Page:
Rather than responding argumentatively, I would like to share some stories from my life.
Several weeks ago, my parents came to visit us, to see our newly purchased house and help us work on it. My mom had seen the place before, but it was my dad's first time seeing our house. He was very proud of us. He told us how happy he was to see that the neighborhood is starting to do better, because when he lived and worked here in the past, it was not. He told us about how he lived in an apartment on 14th Street as a kid. The apartment had no bathtub. When they needed to bathe, they would take water from the kitchen faucet to fill up a metal basin which sat in the kitchen. Once, after a hard day of working out in the heat in the junkyard, his father took him to the public bath house on Saint Louis Avenue to shower, because they knew the kitchen basin would not be enough. Dad commented that as a kid he knew they didn't have a lot of money, but when he remembers things like that, he knows that they were really, really poor. After a quiet pause, he said "Everything that has happened in my life happened because of the gifted program. College. Jobs. Everything happened because someone labelled me a smart kid and put me in gifted."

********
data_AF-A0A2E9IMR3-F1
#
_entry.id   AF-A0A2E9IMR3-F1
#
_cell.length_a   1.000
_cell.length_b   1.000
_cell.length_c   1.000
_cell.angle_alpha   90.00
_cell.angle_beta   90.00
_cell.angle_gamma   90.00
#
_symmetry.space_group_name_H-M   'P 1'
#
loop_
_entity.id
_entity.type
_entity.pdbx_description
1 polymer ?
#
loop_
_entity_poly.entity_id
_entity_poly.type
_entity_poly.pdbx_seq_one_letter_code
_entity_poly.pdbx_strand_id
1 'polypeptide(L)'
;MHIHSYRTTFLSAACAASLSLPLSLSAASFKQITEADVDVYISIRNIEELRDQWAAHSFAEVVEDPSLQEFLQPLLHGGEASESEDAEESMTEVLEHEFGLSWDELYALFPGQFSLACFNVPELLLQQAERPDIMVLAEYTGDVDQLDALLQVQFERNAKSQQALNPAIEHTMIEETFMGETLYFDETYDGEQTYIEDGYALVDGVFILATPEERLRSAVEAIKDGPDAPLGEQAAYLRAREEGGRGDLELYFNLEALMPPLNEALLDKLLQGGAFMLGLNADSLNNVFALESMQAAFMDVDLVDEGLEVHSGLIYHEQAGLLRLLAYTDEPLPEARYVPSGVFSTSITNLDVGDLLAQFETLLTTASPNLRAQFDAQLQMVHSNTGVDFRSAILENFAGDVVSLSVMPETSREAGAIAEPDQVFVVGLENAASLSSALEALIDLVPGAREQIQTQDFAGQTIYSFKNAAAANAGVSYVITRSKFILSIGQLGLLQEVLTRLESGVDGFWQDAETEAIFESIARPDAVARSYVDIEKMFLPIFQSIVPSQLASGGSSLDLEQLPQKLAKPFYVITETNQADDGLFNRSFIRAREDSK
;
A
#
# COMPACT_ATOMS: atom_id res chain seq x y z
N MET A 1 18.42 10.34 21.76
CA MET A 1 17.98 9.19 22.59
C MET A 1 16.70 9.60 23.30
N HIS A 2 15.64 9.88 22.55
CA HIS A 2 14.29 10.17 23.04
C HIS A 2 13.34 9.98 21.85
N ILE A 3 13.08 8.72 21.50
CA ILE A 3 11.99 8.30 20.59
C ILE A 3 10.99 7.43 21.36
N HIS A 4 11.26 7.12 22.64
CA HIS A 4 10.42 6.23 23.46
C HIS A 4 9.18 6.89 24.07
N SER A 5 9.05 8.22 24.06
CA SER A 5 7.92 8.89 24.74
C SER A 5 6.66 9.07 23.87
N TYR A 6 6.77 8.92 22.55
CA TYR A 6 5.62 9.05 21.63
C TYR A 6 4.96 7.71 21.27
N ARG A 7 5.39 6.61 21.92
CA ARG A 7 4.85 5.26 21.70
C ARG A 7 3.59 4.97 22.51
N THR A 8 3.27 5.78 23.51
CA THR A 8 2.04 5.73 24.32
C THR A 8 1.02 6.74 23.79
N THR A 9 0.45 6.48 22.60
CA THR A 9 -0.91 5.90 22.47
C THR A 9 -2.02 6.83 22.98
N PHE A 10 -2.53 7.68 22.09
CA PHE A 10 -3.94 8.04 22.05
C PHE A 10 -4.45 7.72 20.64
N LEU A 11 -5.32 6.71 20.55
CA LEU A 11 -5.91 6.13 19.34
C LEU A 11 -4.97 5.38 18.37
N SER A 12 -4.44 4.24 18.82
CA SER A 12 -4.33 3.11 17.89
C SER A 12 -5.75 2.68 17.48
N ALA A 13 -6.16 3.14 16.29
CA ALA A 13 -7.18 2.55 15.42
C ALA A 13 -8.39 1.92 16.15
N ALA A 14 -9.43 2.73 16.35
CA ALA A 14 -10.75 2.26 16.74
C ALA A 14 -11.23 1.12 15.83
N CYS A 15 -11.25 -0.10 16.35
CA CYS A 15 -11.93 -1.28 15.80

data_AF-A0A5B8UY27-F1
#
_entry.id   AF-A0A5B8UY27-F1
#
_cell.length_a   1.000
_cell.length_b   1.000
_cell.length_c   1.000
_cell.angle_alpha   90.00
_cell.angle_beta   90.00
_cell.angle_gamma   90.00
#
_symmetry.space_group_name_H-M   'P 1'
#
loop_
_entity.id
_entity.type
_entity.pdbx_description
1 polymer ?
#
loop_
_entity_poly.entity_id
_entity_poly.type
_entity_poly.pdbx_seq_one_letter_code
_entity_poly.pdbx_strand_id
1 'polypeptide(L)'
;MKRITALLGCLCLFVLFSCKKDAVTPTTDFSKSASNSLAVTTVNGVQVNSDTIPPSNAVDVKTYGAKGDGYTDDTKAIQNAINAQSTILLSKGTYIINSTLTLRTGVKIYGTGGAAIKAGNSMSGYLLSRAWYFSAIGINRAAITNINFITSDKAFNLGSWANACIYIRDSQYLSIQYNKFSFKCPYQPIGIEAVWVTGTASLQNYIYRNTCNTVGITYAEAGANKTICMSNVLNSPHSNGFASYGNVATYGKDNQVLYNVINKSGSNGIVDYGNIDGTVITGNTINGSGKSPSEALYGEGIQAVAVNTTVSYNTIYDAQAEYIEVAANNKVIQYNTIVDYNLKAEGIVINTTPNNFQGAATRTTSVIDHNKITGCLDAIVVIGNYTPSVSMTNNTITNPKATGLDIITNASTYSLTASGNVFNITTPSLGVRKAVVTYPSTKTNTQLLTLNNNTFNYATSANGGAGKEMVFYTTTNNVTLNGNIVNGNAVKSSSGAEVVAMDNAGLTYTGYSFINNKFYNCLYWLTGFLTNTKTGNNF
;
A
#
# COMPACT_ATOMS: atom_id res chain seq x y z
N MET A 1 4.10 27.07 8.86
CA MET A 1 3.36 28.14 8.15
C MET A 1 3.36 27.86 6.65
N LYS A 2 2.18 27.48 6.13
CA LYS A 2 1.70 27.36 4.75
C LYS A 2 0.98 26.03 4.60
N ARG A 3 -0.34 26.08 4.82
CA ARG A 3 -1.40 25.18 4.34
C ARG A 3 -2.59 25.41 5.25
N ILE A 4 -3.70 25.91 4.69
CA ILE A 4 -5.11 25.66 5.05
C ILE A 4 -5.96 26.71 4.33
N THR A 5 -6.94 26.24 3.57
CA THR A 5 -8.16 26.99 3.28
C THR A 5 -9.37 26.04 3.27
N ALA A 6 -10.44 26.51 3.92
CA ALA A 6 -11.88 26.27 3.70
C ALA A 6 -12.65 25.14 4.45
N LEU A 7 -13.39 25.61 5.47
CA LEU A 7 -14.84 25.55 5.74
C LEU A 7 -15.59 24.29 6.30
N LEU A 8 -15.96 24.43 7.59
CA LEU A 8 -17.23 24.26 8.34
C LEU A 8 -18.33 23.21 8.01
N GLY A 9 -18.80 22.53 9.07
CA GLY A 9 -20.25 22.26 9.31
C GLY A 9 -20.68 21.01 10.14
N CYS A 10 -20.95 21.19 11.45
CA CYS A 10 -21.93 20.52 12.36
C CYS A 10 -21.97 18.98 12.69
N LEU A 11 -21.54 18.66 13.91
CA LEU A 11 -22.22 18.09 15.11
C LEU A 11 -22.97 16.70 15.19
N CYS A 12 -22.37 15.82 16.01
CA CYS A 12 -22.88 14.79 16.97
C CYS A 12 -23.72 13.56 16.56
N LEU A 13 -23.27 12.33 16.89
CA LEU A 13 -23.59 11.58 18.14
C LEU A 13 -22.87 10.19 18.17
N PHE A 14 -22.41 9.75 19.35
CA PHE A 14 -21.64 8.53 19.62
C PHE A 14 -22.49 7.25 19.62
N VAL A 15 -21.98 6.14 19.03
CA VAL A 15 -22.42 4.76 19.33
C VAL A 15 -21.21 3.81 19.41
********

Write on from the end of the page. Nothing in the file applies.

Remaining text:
I now live in the neighborhood where my dad used to live when he was a little kid, going through extreme poverty. I live exactly one block from Ames School, where he later worked as a teacher after completing college thanks to the background he got in the gifted program. Sitting here, close to these two sites, I am almost frozen with fear over what the SLPS will be like without gifted, and what that will mean for all the kids who would have gotten that important extra educational push.
Peter Downs notes that the statewide cutting of gifted and ESL mimics cuts in the St. Louis Public Schools. What really stands out to me is that at Euclid and Washington Montessori Schools, fourth and fifth grade students were taken off the Montessori program this year. They were reorganized as standard classrooms.